On September 2, 1775, an advertisement appeared in John Dixon and William Hunter’s Virginia Gazette regarding Edward Moseley’s escaped slave: “Run away last Night from the Subscriber… a likely young negro fellow named Daniel, about 18 Years of Age,” who took with him “two young negro boys, Jack and Peter.” Moseley assumed that Daniel was “lurking about Norfolk, or gone to Hampton” where he could try to board a ship to carry him out of the colony.1 Daniel, like thousands of other enslaved Virginians in 1775, considered the risks of running away. If captured, Daniel would return to his master where he could have faced the possibility of corporal punishment for his disobedience. Success, however, meant freedom, and to eighteen-year-old Daniel freedom was worth the risk.

Weeks later, on November 14, 1775, the Crown Governor of Virginia, John Murray, 4th Earl of Dunmore, issued a proclamation declaring Virginia in an official state of rebellion. Dunmore’s Proclamation placed the colony under martial law, pronounced all patriots traitors, and called loyal citizens to take up arms for the crown or otherwise be branded traitors. Dunmore’s most radical step, however, was to make official a policy he had quietly pursued for months: “I do hereby further declare all indented Servants, Negroes, or others, (appertaining to Rebels), free that are able and willing to bear Arms, they joining His Majesty’s Troops as soon as may be.”2 This official offer of freedom, albeit a limited offer, was only part of a process that had begun much earlier. Enslaved Virginians did not wait to respond to Dunmore’s Proclamation and its promises of freedom. They acted to secure their freedom before the governor even threatened to emancipate slaves. Instead, Governor Dunmore issued his Proclamation largely in response to the actions of enslaved Virginians.

Two factors likely dominated Governor Dunmore’s decision to issue his proclamation. The first was widespread fear amongst White Virginians of slave insurrections. Dunmore capitalized on this fear, using it as weapon to panic White society. This panic would force White Virginians to spread their forces thin in order to suppress possible insurrections of slaves emboldened by the governor’s promises. In fact, rebelliousness amongst enslaved Virginians was increasing long before November 14, 1775, and although the governor may have heightened slave rebelliousness with his Proclamation, he certainly did not create it. Instead, Dunmore only sought to turn extant slave rebelliousness in his favor. The second factor dominating Dunmore’s decision was the number of slaves who fled their masters to join British ranks. These slaves did not wait for Governor Dunmore to offer them freedom. They began to run away and resist their masters as early as April 1775, long before Dunmore had hinted at the possibility of offering freedom to slaves. Without the actions of enslaved Virginians, Dunmore’s Proclamation would have carried no significance at all.

Contrary to popular belief, Blacks were not passive spectators in the revolutionary conflict, they were an active force that shaped and influenced the course of the conflict. At the outbreak of hostilities, in 1775, Virginia had more slaves than any other mainland British colony. Enslaved Blacks comprised some 40 percent of the colony’s entire population, which numbered around 188,000 individuals.3 With such a large and restive enslaved population, Whites were in constant fear of slave insurrection and rebelliousness.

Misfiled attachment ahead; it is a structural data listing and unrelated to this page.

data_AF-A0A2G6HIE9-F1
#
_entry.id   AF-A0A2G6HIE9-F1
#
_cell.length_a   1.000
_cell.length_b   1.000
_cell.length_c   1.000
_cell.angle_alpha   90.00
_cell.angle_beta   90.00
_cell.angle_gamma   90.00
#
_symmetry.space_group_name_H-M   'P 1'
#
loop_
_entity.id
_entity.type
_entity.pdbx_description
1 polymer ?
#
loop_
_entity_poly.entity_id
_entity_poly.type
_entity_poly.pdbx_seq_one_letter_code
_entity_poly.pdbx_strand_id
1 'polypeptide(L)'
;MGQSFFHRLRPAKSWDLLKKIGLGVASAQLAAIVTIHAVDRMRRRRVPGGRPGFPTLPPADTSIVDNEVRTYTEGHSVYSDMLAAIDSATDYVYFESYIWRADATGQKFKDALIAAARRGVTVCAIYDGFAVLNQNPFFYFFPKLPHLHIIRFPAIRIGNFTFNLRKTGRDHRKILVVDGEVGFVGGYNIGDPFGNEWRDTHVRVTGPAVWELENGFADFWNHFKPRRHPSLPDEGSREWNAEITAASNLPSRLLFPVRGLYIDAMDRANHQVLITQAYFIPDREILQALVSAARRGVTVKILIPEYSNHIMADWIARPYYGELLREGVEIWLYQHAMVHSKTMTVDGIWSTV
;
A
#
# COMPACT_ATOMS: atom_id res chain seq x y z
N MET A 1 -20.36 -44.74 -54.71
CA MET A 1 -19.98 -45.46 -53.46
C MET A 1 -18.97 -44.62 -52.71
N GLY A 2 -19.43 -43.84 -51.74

Enslaved Virginians resisted their conditions in a variety of ways. Some forms of resistance, such as faking illnesses, wasting time, destroying a master’s property, and truancy were quite simple. Violent forms of resistance, however, did occur. Arson, suicide, poisoning, rape, insurrection, and murder were all forms of violent resistance to slave society.4 Although estimates indicate that less than one percent of enslaved Virginians resorted to killing Whites, Blacks had violently resisted frequently enough to keep their masters in constant fear. Records even suggest that conviction rates of slaves implicated in violent confrontations with their masters rose through the 1740s to the 1770s.5 White Virginians were well aware of the number of enslaved individuals in the colony and the possibility of insurrection particularly struck fear in their minds. They felt exceptionally vulnerable during times of war. The outbreak of the French and Indian War presented Blacks with an opportunity to secure their freedom and Virginia experienced a surge in slave rebelliousness. In 1756, Virginia’s Governor, Robert Dinwiddie, wrote that “We [Virginians] dare not venture to part with any of our White Men any distances, as we must have a watchful eye over our Negro slaves.”6

By far one of the most common forms of resistance attempted by enslaved individuals was running away. It is unclear exactly how many slaves ran away during the colonial period, where they went, or if they were ultimately successful in achieving their goals. The best sources of information about runaway slaves appeared in colonial newspapers through advertisements posted by masters seeking the return of their property. These advertisements not only indicate that masters were remarkably well informed about the whereabouts of their slaves, but also that runaways often had one of three motives in mind.7 The first was to reunite with friends or relatives on other plantations, sometimes plantations on which the escaped individual had lived previously. Second, many runaways traveled to towns to attempt to hire themselves out and pass as free men. Third, some attempted to secure their freedom by boarding ships leaving the colonies or by fleeing into the western backcountry, where they hoped to establish themselves or seek haven with sympathetic Indian nations.8